Herbs for health & WELL­BE­ING

Cel­e­brate the nu­tri­tional and ther­a­peu­tic ben­e­fits of herbs in ev­ery­day life. Find out how sim­ple it is to use home­grown herbs for medic­i­nal pur­poses.

Herbs & Superfoods - - Herbs For Health & Wellbeing -

From lo­vage to laven­der and flax seeds to frank­in­cense, herbs have been used for thou­sands of years to pro­mote health and well­be­ing. But like all medicines, care should be taken when us­ing or con­sum­ing them. Dif­fer­ent peo­ple have dif­fer­ent re­ac­tions to sub­stances, whether phar­ma­ceu­ti­cals, foods or herbs. What might work well for one person may do noth­ing – or even have the op­po­site ef­fect – for some­one else.

There are two rea­sons for this: each in­di­vid­ual’s con­di­tion is dif­fer­ent – and each in­di­vid­ual is dif­fer­ent. One person may re­spond bet­ter to one par­tic­u­lar herb over an­other, or they may re­spond bet­ter with a com­bi­na­tion of herbs. It’s much like when you visit the doc­tor. He or she will pre­scribe a drug that’s suit­able for you.

Ev­ery­day ail­ments such as in­di­ges­tion, stom­ach up­sets, cuts and abra­sions, and sore throats – even coughs and colds – re­spond well to herbal treatments, but for more se­ri­ous ill­nesses, check with a qual­i­fied health pro­fes­sional first. Some herbs can in­ter­fere with phar­ma­ceu­ti­cal drugs, and many should not be taken when preg­nant or breast­feed­ing.

Of­ten, raw plant parts can sim­ply be eaten. Make sure you know ex­actly what the plant is, that it hasn’t been sprayed and that it’s safe to take in­ter­nally.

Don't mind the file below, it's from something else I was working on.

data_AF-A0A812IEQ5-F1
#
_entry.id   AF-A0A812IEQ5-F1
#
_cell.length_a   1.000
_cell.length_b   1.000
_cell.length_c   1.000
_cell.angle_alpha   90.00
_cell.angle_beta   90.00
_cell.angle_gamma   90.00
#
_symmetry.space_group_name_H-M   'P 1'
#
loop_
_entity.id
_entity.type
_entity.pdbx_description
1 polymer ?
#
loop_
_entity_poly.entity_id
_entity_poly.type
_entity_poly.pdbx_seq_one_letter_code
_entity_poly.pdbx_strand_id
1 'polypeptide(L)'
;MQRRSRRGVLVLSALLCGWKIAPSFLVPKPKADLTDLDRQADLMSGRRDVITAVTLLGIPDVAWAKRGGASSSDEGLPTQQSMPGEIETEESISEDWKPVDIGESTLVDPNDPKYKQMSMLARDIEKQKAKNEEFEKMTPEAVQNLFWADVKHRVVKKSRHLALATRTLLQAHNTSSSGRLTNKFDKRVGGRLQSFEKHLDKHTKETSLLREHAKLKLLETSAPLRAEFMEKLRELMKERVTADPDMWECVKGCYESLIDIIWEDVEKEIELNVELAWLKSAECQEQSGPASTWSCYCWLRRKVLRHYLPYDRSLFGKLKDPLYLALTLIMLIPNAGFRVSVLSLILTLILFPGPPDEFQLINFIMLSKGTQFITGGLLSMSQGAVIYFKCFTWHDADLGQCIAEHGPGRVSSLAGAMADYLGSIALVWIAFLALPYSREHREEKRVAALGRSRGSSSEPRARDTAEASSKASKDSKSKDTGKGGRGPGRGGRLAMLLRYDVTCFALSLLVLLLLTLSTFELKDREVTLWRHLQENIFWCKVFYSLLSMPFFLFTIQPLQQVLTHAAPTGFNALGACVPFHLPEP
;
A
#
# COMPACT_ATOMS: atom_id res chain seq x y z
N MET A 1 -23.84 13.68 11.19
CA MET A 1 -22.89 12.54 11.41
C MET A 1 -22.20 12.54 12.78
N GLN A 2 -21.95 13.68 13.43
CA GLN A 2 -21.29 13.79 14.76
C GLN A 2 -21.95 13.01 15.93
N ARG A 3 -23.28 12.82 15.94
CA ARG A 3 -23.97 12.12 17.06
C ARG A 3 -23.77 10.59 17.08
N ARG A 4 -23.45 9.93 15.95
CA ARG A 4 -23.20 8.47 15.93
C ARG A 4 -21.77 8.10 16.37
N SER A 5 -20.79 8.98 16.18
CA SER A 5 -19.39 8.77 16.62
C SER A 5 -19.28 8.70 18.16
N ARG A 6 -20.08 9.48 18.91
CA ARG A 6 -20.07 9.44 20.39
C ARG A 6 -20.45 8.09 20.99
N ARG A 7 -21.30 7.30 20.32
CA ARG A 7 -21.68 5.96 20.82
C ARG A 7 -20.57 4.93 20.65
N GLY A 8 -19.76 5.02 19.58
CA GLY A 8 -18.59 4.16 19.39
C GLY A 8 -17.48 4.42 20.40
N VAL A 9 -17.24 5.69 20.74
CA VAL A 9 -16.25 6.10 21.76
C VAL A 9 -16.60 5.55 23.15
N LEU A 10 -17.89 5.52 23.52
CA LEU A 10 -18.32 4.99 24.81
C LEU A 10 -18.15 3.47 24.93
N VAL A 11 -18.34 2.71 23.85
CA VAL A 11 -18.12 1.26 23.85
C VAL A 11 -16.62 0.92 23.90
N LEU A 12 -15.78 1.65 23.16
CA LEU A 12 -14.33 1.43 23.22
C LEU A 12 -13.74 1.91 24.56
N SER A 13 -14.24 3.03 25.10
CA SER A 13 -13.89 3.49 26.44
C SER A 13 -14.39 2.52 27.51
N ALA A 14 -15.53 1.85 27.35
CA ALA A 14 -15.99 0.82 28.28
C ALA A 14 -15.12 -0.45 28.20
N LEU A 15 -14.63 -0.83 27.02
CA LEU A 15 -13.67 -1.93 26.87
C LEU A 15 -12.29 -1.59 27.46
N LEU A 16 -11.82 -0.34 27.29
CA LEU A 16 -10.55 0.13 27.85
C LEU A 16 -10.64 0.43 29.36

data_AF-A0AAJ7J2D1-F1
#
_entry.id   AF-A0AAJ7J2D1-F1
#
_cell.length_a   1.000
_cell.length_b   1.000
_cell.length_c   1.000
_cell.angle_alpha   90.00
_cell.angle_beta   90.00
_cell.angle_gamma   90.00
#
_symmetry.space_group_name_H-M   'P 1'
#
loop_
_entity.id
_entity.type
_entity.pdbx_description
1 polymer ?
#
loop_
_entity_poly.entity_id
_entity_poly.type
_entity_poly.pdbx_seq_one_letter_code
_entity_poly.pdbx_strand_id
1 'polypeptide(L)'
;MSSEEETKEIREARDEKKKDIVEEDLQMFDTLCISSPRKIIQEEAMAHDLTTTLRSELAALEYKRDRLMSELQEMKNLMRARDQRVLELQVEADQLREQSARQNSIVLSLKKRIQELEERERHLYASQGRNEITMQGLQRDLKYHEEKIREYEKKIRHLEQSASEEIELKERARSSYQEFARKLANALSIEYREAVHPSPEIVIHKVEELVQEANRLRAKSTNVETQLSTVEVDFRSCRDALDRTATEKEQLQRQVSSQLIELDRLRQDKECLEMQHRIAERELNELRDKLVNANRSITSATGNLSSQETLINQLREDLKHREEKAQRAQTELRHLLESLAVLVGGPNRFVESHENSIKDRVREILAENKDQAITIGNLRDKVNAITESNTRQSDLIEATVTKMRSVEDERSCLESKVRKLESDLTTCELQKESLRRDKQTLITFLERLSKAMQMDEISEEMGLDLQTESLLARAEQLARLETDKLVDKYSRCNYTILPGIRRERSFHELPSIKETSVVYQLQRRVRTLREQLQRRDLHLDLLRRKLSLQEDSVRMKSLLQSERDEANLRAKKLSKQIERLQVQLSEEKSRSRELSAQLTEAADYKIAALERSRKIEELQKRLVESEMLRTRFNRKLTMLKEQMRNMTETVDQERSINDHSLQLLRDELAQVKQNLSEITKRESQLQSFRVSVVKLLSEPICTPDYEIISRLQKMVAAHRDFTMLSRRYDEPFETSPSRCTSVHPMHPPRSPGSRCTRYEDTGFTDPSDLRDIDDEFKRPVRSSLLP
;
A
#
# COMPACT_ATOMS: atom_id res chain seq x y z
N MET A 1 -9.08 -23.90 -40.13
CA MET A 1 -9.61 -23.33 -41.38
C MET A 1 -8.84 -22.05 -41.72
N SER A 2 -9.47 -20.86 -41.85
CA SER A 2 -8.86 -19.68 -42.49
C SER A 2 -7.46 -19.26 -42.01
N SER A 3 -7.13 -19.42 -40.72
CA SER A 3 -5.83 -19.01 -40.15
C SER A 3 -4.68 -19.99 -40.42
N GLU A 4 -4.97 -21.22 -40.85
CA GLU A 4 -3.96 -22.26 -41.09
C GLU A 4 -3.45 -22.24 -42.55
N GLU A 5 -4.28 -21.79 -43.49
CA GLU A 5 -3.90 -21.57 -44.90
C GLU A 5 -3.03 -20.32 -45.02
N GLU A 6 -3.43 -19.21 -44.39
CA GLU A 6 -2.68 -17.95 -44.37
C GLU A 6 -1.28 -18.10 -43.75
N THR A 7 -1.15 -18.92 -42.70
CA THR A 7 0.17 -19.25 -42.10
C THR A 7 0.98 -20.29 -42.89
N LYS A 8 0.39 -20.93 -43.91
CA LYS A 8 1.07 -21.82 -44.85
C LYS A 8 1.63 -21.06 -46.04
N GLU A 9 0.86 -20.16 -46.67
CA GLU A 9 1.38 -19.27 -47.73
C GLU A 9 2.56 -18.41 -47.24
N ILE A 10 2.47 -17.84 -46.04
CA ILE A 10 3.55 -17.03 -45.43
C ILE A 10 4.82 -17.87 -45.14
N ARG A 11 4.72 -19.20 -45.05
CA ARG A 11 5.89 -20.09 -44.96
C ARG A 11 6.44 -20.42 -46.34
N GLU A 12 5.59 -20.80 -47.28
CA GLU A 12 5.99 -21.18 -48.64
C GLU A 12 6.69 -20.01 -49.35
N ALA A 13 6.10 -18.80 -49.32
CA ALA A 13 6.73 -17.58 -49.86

To make the plant more medic­i­nally ac­tive, make an in­fu­sion, which is much like a tea. In­fuse sting­ing net­tle as a quick pick-me-up (it’s rich in an­tiox­i­dants). Try lemon balm or laven­der for re­lax­ation, and fen­nel seeds for in­di­ges­tion. Use dan­de­lion leaves in sal­ads or as an in­fu­sion to help rid the body of tox­ins.

Crushed or bruised juicy plant ma­te­rial can be used as is to form a sim­ple poul­tice. Or crush a hand­ful of the plant ma­te­rial in a mor­tar and pes­tle, put it in a blender for a few sec­onds or sit it in a con­tainer float­ing in a pot of boiled water be­fore ap­ply­ing as a poul­tice. A poul­tice of plan­tain leaves is ideal for small wounds and itchy welts, and comfrey is per­fect for bruises, sprains, bro­ken bones (comfrey is also known as knit-bone), small sores and skin in­flam­ma­tion. A poul­tice of shep­herd’s purse can be ap­plied for small wounds, bleed­ing, bruis­ing and swelling. Al­ways try a test patch first to make sure there are no ad­verse re­ac­tions.

Dried herbs can be used too. Add water to the herbs to wet them and mix to create a thick paste. Spread the paste onto your skin and wrap with muslin or gauze.

Newspapers in English

Newspapers from New Zealand

© PressReader. All rights reserved.